Pennsylvania To Expand Opioid Treatment by 2017

By Dorri Olds 09/06/16

Slated to open by 2017, the treatment coordination centers will provide comprehensive care management and medication-assisted treatment. 

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Pennsylvania To Open 25 More Opioid Treatment Centers, Governor Announces
Pennsylvania Governor Tom Wolf Photo YouTube

Pennsylvania Gov. Tom Wolf announced last week that 25 new Centers of Excellence (COE) will open by January 1, 2017—in addition to the state’s already existing 20 COE locations. “This isn’t just a medical epidemic," Wolf said about the heroin crisis in August. "It’s a plague." 

Philadelphia remains a magnetic draw for heroin addicts because the drugs smuggled in from the Sinaloa Cartel are highly potent.

“We have a big problem here in Pennsylvania,” Wolf said at a recent press conference. “It’s an opioid problem. There are too many people that died from drug overdose in Pennsylvania.” He quoted statistics. In 2014, 2,500 people died in Pennsylvania from ODs. In 2015, the number rose to "I think 3,500," the governor said. “That’s almost 10 every day,” with predictions that 2016 will be worse. 

“With these additional locations, my administration is continuing its commitment to expanding high-quality treatment across Pennsylvania,” said Wolf, announcing the new Centers of Excellence. “While the budget allows us to expand treatment for individuals suffering from addiction, we can and should do more to address this matter that is plaguing all of our communities.”

The new COEs will coordinate treatment for those suffering opioid use disorder—that includes anyone who may have co-occurring behavioral and physical health conditions—who need help navigating the health care system in order to stick with treatment and get well. The approach is to treat the whole person, with the goal of helping heroin addicts, or those abusing opioid medications, to turn their lives around and become productive members of society.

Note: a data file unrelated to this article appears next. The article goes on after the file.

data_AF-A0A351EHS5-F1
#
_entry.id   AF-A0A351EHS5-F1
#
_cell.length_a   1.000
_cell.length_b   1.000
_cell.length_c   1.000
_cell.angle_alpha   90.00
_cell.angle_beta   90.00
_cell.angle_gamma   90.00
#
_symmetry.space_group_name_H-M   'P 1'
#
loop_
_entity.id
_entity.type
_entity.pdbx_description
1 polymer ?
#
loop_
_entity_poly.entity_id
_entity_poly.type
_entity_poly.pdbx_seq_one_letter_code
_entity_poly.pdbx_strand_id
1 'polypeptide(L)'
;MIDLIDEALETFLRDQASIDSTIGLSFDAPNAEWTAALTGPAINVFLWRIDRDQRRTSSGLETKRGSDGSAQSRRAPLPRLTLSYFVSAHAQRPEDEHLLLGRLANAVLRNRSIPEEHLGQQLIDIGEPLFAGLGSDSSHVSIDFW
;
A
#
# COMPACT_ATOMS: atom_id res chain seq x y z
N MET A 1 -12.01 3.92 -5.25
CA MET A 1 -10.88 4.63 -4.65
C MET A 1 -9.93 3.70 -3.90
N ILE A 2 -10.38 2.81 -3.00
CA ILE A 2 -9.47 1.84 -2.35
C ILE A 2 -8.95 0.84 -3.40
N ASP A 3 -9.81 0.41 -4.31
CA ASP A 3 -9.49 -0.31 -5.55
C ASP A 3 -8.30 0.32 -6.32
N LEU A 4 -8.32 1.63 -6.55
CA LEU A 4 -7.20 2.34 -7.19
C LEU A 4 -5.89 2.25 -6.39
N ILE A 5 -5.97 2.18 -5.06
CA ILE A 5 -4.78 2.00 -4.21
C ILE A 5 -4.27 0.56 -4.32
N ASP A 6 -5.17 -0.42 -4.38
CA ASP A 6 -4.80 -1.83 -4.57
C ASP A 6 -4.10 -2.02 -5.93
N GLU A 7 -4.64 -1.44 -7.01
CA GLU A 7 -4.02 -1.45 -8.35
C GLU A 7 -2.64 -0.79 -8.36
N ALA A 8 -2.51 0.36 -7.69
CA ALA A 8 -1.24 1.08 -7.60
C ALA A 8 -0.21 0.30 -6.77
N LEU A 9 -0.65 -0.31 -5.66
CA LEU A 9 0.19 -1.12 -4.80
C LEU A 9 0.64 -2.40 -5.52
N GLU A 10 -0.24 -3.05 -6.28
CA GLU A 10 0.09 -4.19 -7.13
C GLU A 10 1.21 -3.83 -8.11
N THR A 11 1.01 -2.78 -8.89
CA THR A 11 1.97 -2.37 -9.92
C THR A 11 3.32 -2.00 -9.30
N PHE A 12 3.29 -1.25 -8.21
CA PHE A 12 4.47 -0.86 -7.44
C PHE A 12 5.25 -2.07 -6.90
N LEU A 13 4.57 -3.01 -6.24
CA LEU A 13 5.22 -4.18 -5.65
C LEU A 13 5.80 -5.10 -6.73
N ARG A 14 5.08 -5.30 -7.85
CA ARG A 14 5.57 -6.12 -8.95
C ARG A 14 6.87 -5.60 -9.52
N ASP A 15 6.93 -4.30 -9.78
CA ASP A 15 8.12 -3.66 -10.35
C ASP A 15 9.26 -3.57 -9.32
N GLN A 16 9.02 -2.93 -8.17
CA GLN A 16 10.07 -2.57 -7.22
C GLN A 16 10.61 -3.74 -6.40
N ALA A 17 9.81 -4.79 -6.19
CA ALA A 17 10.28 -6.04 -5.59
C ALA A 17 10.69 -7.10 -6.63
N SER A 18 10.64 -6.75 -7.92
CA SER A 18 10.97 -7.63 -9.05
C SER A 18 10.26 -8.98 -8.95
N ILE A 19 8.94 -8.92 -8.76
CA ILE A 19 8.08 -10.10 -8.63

“The Centers for Excellence will provide vital, potentially life-saving coordination of care for Pennsylvanians struggling with the disease of addiction,” said Secretary of the Department of Human Services, Ted Dallas. “Rather than just treating a person’s addiction, DHS will treat the entire patient through team-based treatment, with the explicit goal of integrating behavioral health and primary care and, when necessary, evidence-based medication assisted treatment. As our strategy involves both behavioral therapy and FDA-approved medication that individuals take to help curb cravings and manage withdrawal symptoms, it can improve the odds of recovery.”

The governor continues to fight for solutions. The state's 2016–2017 budget includes $10 million in behavioral health funding and $5 million in medical assistance funding. According to the governor's office, “this will allow [the Department of Human Services] to draw down $5.4 million in federal funding for an overall total of $20.4 million.”

Wolf is not the only Pennsylvania official addressing the problem. Blossburg Mayor Shane Nickerson, a former addict in recovery for the past 25 years, is also passionate about solving the opioid crisis. “Addiction is a disease and we’ve got to do something different,” he said in July.

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Dorri Olds is an award-winning writer whose work has appeared in many publications including The New York Times, Marie Claire, Woman’s Day and several book anthologies. Find Dorri on Twitter, Facebook, and LinkedIn.

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